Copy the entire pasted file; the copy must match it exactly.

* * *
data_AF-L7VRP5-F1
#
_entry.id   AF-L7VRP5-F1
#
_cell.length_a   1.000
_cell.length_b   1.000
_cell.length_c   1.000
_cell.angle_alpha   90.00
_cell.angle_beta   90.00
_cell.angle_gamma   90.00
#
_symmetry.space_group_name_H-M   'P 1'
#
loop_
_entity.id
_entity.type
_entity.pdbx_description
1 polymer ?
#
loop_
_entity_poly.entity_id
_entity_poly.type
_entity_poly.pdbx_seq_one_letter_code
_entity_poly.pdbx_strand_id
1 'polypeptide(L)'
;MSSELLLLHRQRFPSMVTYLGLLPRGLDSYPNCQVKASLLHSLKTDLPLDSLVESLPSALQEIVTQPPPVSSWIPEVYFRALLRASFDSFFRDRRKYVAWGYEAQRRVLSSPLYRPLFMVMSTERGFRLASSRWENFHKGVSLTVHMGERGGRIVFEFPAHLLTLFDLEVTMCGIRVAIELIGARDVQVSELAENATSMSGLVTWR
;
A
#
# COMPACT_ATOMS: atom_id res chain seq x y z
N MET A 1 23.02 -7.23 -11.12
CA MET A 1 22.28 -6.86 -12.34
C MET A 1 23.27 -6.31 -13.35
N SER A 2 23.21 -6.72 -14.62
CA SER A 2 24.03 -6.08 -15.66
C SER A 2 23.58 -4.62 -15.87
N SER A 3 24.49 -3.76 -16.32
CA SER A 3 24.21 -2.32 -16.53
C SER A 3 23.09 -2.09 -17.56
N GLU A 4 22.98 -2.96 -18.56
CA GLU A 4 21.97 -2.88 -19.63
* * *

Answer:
data_AF-L7VRP5-F1
#
_entry.id   AF-L7VRP5-F1
#
_cell.length_a   1.000
_cell.length_b   1.000
_cell.length_c   1.000
_cell.angle_alpha   90.00
_cell.angle_beta   90.00
_cell.angle_gamma   90.00
#
_symmetry.space_group_name_H-M   'P 1'
#
loop_
_entity.id
_entity.type
_entity.pdbx_description
1 polymer ?
#
loop_
_entity_poly.entity_id
_entity_poly.type
_entity_poly.pdbx_seq_one_letter_code
_entity_poly.pdbx_strand_id
1 'polypeptide(L)'
;MSSELLLLHRQRFPSMVTYLGLLPRGLDSYPNCQVKASLLHSLKTDLPLDSLVESLPSALQEIVTQPPPVSSWIPEVYFRALLRASFDSFFRDRRKYVAWGYEAQRRVLSSPLYRPLFMVMSTERGFRLASSRWENFHKGVSLTVHMGERGGRIVFEFPAHLLTLFDLEVTMCGIRVAIELIGARDVQVSELAENATSMSGLVTWR
;
A
#
# COMPACT_ATOMS: atom_id res chain seq x y z
N MET A 1 23.02 -7.23 -11.12
CA MET A 1 22.28 -6.86 -12.34
C MET A 1 23.27 -6.31 -13.35
N SER A 2 23.21 -6.72 -14.62
CA SER A 2 24.03 -6.08 -15.66
C SER A 2 23.58 -4.62 -15.87
N SER A 3 24.49 -3.76 -16.32
CA SER A 3 24.21 -2.32 -16.53
C SER A 3 23.09 -2.09 -17.56
N GLU A 4 22.98 -2.96 -18.56
CA GLU A 4 21.97 -2.88 -19.63